Maine's religious music includes the well-known church choirs of St. Luke's Episcopal Cathedral and two Bangor-area churches both named after St. John (one Catholic and one Episcopal).

One Longfellow Square in Portland, Maine is a popular folk music venue.

Contra dances abound throughout the state of Maine keeping a tradition vital. Live bands often include fiddle, guitar, piano, banjo, mandolin, bass, and more.[10]

Maine's folk tradition is celebrated and kept alive in summer camps as well. Maine Fiddle Camp is a camp for all lovers of folk music, modern and traditional alike. The summer camp is located in Montville, Maine. There are many opportunities to take workshops, participate in different jam sessions, and relax in a beautiful Maine campground. The Acadia School of Traditional Music and Arts (the Acadia Trad School) operates a week-long festival in June that attracts serious music and dance students of all ages from all across the US, Canada and beyond.

Maine's musicians play a variety of different styles of folk music. Irish, Scottish, Quebec, and even southern styles were influential on Maine's folk tradition. French-Canadian music is popular in Northern Maine on the border of Canada. The traditional fiddle tunes extended into Maine and became very prominent in all of New England.


Blues pianist Bob Page was from Damariscotta. Harmonica player and singer Jason Ricci is from Portland.


The southern coastal region both in and near Portland, Maine is home to many jazz instrumentalists, composers, singers, songwriters, and arrangers. The University of Southern Maine at Gorham[11] campus offers many jazz concerts throughout the academic year, providing the public with some of the finest jazz available.

Lenny Breau[12][13] was, and still is, considered the most gifted jazz guitarist of all time. He was also a very well versed classical guitar player. Breau was born in Auburn, Maine on August 5, 1941, and died in Los Angeles on August 12, 1984. He was able to incorporate two-note comping, harmonics, quartal harmony, and three-against-two rhythms in anything he played. His jazz finger style technique is unequaled, and no one has, or most likely ever will, produce the same sound as he did. He was also known for the blending of jazz, flamenco, classical, and country together within numerous tunes. During his lifetime, Lenny recorded albums such as The Hallmark Sessions, Swingin' On A Seven String, and Guitar Sounds. Some of his most memorable tunes are "Bouree", "The Claw", and "Emily", performed in Brunswick, Maine on August 2, 1980.

Another talented player from Maine is Don Doane,[14] jazz trombonist and music teacher within the Maine school system, and has played with Woody Herman and Maynard Ferguson.

Dave Bowler,[15] a professional jazz drummer born in 1957 in Portland, Maine, helped found the jazz/rock band called The Franklin Street Arterial and recorded an album called Blue Hills. He has played with other well known musicians such as Willie Nelson, Willie Dixon, and Kilimandjaro.[16] Dave also became a member of The Ahmad Jamal Trio.[17][15]

Pianist, arranger, and composer John Benson Brooks was born in Houlton.


Punk rock band Pinkerton Thugs formed in Kennebunk.

Alternative rock band As Fast As, indie rock bands Rustic Overtones, Paranoid Social Club, Phantom Buffalo, and hardcore punk band Cruel Hand are from Portland.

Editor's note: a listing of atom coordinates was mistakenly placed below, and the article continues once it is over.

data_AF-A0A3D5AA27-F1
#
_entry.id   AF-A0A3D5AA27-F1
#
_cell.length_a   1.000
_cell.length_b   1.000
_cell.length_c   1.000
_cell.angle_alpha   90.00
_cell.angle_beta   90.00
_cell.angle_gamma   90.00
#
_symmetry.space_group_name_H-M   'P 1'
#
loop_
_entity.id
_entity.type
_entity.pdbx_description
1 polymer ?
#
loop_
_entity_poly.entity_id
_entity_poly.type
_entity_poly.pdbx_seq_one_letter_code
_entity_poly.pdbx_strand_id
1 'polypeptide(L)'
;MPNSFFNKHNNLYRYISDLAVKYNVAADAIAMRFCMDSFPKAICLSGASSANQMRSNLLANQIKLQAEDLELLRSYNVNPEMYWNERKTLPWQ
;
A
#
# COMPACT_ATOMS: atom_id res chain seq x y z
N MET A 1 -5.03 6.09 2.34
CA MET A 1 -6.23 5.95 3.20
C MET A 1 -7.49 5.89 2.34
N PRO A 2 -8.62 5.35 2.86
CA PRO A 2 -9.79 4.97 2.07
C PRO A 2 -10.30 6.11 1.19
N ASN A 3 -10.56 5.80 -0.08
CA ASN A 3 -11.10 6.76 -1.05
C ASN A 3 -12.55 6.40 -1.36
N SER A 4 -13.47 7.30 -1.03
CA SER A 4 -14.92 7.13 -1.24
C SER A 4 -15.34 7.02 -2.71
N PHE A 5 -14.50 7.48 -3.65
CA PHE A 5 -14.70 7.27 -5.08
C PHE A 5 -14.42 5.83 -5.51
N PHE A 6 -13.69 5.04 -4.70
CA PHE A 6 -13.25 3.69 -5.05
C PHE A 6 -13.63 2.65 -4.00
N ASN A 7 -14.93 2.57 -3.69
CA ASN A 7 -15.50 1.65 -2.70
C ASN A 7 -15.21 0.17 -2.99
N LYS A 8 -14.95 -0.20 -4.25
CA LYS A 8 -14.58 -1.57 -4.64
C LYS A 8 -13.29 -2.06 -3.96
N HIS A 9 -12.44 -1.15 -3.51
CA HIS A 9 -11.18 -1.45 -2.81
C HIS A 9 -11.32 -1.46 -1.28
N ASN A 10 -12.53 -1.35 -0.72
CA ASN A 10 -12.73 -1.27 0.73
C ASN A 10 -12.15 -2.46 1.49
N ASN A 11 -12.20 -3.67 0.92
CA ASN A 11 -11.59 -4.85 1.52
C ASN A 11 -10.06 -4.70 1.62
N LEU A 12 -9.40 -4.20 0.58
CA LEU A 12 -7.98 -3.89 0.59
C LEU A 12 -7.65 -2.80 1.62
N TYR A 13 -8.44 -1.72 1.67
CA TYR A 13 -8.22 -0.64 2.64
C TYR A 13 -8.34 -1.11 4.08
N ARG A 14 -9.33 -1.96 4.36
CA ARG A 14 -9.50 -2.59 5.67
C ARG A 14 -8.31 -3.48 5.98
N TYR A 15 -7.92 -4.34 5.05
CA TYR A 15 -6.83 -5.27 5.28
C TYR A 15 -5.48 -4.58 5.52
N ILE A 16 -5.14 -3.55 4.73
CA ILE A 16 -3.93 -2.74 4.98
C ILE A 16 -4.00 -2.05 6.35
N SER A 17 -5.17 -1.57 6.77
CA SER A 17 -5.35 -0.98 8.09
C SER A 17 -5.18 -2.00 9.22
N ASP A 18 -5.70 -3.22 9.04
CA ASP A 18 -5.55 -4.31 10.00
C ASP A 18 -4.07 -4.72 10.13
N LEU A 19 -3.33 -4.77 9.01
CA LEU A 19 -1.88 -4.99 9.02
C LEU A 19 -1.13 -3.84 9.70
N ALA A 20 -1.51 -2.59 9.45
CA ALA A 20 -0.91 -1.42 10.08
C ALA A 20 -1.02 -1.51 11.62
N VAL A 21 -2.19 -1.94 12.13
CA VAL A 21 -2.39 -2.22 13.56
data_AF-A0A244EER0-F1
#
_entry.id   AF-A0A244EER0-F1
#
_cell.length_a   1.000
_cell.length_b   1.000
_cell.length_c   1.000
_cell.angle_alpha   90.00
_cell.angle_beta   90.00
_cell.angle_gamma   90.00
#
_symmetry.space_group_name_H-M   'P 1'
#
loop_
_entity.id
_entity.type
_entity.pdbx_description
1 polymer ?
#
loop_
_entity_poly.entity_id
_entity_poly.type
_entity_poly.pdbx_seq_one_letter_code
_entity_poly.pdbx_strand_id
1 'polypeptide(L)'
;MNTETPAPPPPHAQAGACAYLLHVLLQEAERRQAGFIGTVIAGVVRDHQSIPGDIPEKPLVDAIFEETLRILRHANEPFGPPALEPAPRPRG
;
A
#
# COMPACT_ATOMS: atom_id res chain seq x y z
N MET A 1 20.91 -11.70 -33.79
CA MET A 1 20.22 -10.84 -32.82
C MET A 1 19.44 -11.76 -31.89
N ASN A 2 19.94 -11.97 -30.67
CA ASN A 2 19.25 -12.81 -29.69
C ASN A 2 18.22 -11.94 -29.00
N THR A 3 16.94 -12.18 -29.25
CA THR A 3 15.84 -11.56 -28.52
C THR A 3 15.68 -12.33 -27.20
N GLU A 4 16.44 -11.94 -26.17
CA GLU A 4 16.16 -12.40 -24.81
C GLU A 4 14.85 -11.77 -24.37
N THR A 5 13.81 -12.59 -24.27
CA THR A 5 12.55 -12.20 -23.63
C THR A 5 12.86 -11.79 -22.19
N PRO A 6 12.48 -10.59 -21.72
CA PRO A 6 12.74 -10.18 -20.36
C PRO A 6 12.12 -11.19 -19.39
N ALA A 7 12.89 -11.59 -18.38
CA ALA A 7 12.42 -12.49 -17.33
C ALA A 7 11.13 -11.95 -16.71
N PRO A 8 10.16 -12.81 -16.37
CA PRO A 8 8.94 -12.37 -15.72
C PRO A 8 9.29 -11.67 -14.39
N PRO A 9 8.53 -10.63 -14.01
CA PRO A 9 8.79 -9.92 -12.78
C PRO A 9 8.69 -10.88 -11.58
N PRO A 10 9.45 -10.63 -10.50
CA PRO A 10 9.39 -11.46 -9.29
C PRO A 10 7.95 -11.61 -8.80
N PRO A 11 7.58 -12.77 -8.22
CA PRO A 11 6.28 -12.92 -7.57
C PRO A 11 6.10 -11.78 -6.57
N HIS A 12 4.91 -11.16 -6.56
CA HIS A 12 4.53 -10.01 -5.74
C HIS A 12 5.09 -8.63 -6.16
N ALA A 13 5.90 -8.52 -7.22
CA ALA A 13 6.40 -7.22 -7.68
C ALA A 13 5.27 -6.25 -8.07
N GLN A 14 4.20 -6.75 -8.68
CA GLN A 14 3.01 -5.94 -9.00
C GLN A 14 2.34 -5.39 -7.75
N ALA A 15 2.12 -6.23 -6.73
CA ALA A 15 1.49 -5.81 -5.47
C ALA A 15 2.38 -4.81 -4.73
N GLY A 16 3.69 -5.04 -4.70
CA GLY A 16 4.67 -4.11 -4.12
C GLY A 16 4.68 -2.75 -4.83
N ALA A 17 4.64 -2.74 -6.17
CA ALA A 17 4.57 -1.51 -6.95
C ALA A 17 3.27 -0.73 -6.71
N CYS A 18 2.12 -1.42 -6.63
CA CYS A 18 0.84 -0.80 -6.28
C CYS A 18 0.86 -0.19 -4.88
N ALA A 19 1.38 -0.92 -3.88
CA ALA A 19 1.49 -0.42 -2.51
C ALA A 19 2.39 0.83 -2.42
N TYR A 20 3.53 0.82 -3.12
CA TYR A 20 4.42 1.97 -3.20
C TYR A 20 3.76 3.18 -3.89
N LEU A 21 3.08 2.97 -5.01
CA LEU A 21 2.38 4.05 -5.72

Oak signed to Mercury/Polygram Records had 4-5 songs that made Billboard hot 100 charts, and one ("King of the Hill") that made it to the 30s and was on Casey Kasem in the early 80's. Rick Pinette (vocals, piano, guitar) Dave Stone (keys) Danny Caron (drums), George Borden (bass), Scott Grover Weatherspoon (guitar). Oak had many members. John Foster replaced George Borden, playing bass on the 2nd album. Carl Crosen (guitar), Bruce Noell (bass), played in the band during the time the demos for the record label were recorded. Oak did national college concert tours, and played all over the Northeast and Eastern Canada. The bands was known for great theatrics, high energy, excellent vocals and musicianship.

Hip hop

Hip hop artist Alias, from Hollis, formed the label Anticon.

Spose was born in Portland and grew up in Wells.

Trails Is a hip hop group from the Portland area who've won local album awards and have collaborated with members of the Wu Tang Clan, Kool G Rap, and others.


  1. ^ Penobscot. "Penobscot Nation Cultural & Historic Preservation Department". Retrieved 2013.
  2. ^ Passamaquoddy. "Passamaquoddy Tribe @ Indian Township - A source for Information and Resources". Retrieved 2013.
  3. ^ Wabanaki. "Wabanaki Confederacy (Wabenaki, Wobanaki, Wabanakis, Wobenaki, Wapanahki)". Retrieved 2013.Maliseet,
  4. ^ Indigenous. "Definition of INDIGENOUS". Retrieved 2013.
  5. ^ "Walter Piston- Bio, Albums, Pictures - Naxos Classical Music". Retrieved .
  6. ^ Chinock, Bill. "Bill Chinnock, 1947-2007". Retrieved 2013.
  7. ^ a b Curless, Dick. "Dick Curless - A Maine Legend - Memorial Scholarship Fund Info - The Baron". Retrieved 2013.
  8. ^ Maine CMHF. "Annual Maine Country Music Hall of Fame Ceremonies & Show May 21". Retrieved 2013.
  9. ^ Doane, Donald Roy. "MacKenzie Traditional-Yodeling Ken MacKenzie-Master Yodeler". Retrieved 2013.
  10. ^ "The Down East Friends of the Folk Arts". DEFFA. Retrieved .
  11. ^ USM, Gorham. "Map and Directions to the Gorham Campus". Retrieved 2013.
  12. ^ "The Legendary Lenny Breau". Retrieved 2013.
  13. ^ "The Lenny Breau Videography". Retrieved 2013.
  14. ^ Doane, Don. "Don Doane and The Super Senior Sextet". Retrieved 2013.
  15. ^ a b Bowler, Dave. "Musicians - Addi Münster's Old Merrytale Jazzband". Retrieved 2013.
  16. ^ Kilimanjaro. "Kilimanjaro - West Coast Music with a touch of funky crunch". Retrieved 2013.
  17. ^ Jamal, Ahmad. "Ahmad Jamal - Pianist - Composer - Official Web Site - Jazz Musician". Retrieved 2013.